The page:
The oft-repeated story is that if you are in a plane and the oxygen masks drop, you always put on your own mask first. Once your mask is on, you are free to help others without endangering your own well-being. The point of the story is that we need to take care of ourselves first so we are free to help others. But what happens to gifted women struggling with motherhood and homeschooling to such a degree that they cannot get their figurative oxygen mask on?
What happens to gifted women when they become mothers and, especially, when they homeschool their children?
Being a Gifted Woman
Gifted/2e kids are complex individuals and it takes a tremendous amount of energy to understand them and meet their needs. Gifted children are intense and are often voracious learners with overexcitaiblities that vary depending on how they are wired. Twice-exceptional (2e) gifted children not only get the gifted part of the equation, they also have at least one learning difference (and often many more) which further complicates things.
Misperceptions about gifted children can add an unwelcome layer of complexity to this situation. Because the general public imagines gifted children to be simply “smart,” and not tremendously complex, multilayered, asynchronous, and intense little people, other adults may be less sympathetic to the plights that gifted parents experience — and may not see them as “plights,” at all. Despite a deeply human need to connect with others, sharing details about daily life with a gifted child can be fraught for their parents.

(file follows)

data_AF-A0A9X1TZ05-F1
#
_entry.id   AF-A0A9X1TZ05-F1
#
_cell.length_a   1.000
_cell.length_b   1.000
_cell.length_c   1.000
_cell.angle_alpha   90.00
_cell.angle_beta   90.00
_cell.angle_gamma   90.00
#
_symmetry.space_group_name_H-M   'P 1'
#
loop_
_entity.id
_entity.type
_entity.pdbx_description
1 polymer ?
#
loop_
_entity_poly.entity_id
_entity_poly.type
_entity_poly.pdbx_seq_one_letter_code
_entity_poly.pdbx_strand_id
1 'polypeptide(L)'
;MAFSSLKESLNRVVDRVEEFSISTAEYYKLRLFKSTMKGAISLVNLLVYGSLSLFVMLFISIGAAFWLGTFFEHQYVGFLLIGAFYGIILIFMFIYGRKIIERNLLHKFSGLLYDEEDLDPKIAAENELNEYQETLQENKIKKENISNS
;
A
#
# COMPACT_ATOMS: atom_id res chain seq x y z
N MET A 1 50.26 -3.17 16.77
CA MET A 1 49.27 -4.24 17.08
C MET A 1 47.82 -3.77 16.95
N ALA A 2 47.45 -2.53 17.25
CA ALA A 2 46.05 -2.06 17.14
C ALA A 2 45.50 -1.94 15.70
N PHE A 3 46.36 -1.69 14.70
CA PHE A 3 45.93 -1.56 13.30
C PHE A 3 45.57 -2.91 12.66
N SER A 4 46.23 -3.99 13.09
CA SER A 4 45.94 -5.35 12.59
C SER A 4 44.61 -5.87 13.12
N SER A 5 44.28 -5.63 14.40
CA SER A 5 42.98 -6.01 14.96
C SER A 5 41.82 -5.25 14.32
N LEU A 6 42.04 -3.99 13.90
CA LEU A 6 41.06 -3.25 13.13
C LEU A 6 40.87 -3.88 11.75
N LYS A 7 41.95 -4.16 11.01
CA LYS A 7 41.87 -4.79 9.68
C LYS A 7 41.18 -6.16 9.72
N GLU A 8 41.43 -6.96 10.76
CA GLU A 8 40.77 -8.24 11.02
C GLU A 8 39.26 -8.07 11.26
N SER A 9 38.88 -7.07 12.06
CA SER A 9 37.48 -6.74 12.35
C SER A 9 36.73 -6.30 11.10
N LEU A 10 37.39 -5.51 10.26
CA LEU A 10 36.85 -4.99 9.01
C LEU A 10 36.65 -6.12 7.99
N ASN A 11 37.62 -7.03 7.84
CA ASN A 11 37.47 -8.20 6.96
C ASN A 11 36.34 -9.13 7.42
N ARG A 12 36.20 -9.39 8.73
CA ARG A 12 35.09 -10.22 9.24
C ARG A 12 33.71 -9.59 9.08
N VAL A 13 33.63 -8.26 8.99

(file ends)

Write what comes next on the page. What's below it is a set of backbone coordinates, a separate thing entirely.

Well, all of this intensity, overexcitability, and complexity doesn’t just peter out when these kids become adults. These gifted girls grow up to be young women. These women get married and have children. The complexity that comes with being gifted/2e doesn’t disappear when a woman gets married and starts a family. It doesn’t stop because she now has a gifted/2e child (or two or three) who has her own set of needs.
No, the gifted woman simply goes from being a gifted woman with all that THAT entails to also being responsible for all the “stuff” that comes with parenting a gifted child. Throw in homeschooling on top of the parenting (because most schools are ill-equipped to deal with gifted/2e kids) and you have a recipe for some serious overload for the average gifted woman.
How do we know?
In Warning: Parenting a Gifted Child May Be Hazardous to Your (Mental) Health, Jill Williford Wurman discusses a study by Australian researcher Natalie Rimlinger.
So while there is a general and enthusiastic consensus that parenting is normally quite demanding and difficult, do parents of gifted children actually experience more anxiety in any scientifically significant way, or is that just a self-pitying misperception?